FanPost

Why Am I an Isles Fan? Because They Made This Outsider Into One

The light at the end of the subway tunnel - Brad Penner-USA TODAY Sports

I came to the Islanders late.

An angsty, artsy, pothead kid, I didn't come up around sports much at all. My family wasn’t a hockey family, I wasn’t raised in game-day culture, and I didn’t hang out with the varsity types who dominated the social strata of my youth. We didn't even watch football on Thanksgiving.

But somehow hockey was different. The game spoke to me. And my lack of inherited or geographic loyalty to any one team allowed my love to spread out in every direction and encompass the sport at large. To this day, I relish any game in any league played by any team as long as there are sticks, pucks, and ice. It's a tonic to my soul.

But after years of all-purpose hockey fandom, something changed when I began following the Islanders. Was it the spectacle of perpetual tragedy? My instinct to root for an underdog? Maybe I just grew bored with the predictable delivery of my other hometown team (did I mention I'm a New Yorker?), but something in the hungry faces of the Islanders, the restless grit of their play, said to me, "This team is Home."

For me, hockey is a distillation of everything that's spectacular in the universe. A savagely beautiful maelstrom of contradictions—all the chaos and brutality of nature, precariously reined by feats of impossible skill and heartbreaking grace. Hockey is a visceral poetry. Hockey is pure rock and roll. It takes my breath away every time.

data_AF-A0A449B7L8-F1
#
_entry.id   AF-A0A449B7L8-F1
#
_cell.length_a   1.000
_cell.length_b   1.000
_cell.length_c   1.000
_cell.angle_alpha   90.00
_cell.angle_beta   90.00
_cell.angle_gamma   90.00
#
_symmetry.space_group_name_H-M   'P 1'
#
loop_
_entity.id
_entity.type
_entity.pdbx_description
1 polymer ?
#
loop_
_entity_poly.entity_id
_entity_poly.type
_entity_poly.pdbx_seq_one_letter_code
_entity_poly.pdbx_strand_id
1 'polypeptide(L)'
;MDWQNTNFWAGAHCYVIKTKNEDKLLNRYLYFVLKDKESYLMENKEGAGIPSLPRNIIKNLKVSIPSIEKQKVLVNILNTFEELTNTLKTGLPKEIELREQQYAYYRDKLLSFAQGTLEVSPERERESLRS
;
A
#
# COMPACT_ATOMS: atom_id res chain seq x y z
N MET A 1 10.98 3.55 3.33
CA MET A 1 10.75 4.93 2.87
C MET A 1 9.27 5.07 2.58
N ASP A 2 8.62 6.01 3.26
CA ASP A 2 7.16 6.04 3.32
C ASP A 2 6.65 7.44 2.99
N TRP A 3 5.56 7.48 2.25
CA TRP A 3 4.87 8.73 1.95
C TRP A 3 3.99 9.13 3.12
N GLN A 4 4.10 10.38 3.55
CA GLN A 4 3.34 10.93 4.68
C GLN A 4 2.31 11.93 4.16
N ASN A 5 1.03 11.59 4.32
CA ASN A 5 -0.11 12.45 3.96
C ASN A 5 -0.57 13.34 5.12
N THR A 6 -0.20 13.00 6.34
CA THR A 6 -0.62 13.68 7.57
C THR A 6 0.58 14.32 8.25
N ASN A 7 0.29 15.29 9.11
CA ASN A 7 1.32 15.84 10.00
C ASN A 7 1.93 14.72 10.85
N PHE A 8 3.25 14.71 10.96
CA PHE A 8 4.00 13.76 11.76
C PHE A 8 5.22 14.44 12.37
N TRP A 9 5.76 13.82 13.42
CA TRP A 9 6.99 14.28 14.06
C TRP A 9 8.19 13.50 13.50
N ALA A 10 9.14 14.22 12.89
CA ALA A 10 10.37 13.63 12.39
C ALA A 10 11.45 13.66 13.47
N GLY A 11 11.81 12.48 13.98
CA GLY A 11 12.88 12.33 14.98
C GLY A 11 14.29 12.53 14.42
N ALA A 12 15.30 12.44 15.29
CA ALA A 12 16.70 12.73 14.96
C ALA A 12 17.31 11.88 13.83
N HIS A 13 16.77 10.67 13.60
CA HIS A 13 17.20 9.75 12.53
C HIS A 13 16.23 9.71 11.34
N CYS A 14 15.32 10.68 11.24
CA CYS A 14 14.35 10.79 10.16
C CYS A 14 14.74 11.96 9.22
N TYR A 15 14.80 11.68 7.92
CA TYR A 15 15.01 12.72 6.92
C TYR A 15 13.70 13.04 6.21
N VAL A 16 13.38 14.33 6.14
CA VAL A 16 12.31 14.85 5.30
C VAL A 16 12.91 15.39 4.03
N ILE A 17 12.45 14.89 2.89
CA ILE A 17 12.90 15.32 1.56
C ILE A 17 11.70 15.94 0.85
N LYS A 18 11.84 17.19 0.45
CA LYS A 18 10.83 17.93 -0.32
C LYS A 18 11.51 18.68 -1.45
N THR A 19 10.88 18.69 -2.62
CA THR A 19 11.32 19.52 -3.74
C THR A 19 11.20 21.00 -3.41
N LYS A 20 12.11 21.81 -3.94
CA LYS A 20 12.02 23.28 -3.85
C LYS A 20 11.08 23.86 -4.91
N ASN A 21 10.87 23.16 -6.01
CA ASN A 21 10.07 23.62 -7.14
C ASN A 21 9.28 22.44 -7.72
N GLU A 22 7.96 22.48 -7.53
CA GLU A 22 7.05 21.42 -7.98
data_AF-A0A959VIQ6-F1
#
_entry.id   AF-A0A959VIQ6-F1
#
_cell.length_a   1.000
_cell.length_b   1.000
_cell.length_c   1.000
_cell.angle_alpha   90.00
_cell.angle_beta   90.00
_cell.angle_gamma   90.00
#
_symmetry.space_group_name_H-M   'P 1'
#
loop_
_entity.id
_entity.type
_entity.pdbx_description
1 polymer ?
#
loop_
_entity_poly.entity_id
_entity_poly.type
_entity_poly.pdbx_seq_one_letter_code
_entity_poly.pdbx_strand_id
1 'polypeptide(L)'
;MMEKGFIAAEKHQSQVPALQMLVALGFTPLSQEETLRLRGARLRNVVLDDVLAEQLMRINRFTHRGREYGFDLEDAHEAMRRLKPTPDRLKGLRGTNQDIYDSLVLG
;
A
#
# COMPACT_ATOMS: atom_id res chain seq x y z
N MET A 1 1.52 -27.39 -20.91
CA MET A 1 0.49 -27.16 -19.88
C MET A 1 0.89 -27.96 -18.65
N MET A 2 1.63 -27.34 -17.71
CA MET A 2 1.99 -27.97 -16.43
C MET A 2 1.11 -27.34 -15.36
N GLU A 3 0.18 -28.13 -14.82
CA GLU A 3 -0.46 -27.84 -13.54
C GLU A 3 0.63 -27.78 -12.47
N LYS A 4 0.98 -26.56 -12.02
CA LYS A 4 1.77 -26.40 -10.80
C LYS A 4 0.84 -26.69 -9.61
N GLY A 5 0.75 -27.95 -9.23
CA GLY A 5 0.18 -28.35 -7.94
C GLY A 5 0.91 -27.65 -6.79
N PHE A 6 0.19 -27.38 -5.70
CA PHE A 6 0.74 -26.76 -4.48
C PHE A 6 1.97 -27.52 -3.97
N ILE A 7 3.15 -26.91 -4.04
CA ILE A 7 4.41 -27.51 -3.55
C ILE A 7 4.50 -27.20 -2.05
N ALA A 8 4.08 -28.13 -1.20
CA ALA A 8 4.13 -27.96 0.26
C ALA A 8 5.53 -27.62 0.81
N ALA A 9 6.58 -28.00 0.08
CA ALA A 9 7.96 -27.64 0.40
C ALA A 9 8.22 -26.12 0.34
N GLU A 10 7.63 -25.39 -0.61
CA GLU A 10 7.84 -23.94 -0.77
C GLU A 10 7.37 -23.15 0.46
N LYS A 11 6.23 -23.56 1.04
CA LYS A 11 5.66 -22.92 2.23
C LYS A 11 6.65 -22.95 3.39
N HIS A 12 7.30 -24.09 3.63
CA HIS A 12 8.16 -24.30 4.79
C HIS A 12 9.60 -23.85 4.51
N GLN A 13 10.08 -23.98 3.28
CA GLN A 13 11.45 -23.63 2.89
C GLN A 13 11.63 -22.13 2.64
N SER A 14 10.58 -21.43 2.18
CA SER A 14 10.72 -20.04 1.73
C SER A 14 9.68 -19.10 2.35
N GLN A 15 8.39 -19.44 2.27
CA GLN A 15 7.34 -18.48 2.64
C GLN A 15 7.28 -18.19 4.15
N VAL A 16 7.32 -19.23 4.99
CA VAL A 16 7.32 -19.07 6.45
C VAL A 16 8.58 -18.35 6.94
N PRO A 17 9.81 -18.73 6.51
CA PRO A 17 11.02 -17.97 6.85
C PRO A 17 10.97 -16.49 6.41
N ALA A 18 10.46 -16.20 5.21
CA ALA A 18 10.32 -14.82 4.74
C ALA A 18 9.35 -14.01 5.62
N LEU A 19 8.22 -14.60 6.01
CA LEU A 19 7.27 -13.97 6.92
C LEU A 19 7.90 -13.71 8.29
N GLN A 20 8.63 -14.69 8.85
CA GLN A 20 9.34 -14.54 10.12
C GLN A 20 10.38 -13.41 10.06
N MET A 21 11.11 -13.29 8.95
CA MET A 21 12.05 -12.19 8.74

And to this all-purpose fan, nobody plays rock and roll hockey like the New York Islanders. The guts, the heart, the knock-down, drag-out determination to never be written off as a once-was team, the near-irrational dedication of fans who stand by their guys no matter the blue-shirted jeers, the stink of arena drama, or the fact that the franchise itself is so steeped in vexation that it's as exhausting as it is exhilarating just to be a fan.

It's fucking Shakespearean.

Now, I know there's a certain luxury in coming to the Islanders during the Tavares era. My passion hasn’t been tarred and feathered by decades of disappointment. I haven't had my loyalty tested through the 80's decline...the Millbury era...fishsticks. The dynasty years don't loom over my memory with the same bittersweet tonnage as for so many other fans.

In fact — and go ahead and get your p'shaws and dismissals out now — I never even had the chance to attend an Isles game in the flesh until they came to the Barclays Center. (Did I mention that this New Yorker is a car-less Manhattanite?) Such a Non-Sports-Person was I that I didn't feel like there was a place for me in an arena—that I'd be found out as somehow not the right kind of fan.


ObstructedPerfection.0.jpg

Obstructed? Yeah, a bit. Sublime? One hundred percent.

But when the Islanders came to Brooklyn, it was my first opportunity to attend the home games of my team in a place that actually felt like home to me, too. It was a goddamn revelation!

I know what you're thinking about the Barc, of course, and you're not wrong. Through my eyes, though, the blinding LED glow of a towering John Tavares blazing over the sidewalk as I arrive, the sonic transition from ear-splitting subway thunder to gut-shaking arena rumble, that Barclays smell that's somewhere between a New York taxi and a freshly-bleached locker room...these are now indelible fixtures of my hockey experience. And they fill me with no less joy than would the finest arena packed with the biggest fan base cheering for the winningest team in the NHL.

I'm a fan because the Islanders grip me on a primordial level. Because they somehow manifest everything that hockey is—everything that hockey feels—to me. Because even when hope seems to outmuscle reason, being an Isles fan is never boring. And in my angsty, artsy, sports-outsider heart, the Islanders are simply the team I can't help but stand doggedly with, whatever victories, tragedies, or continued goulash of Islanders-ness they deliver. This New Yorker believes.

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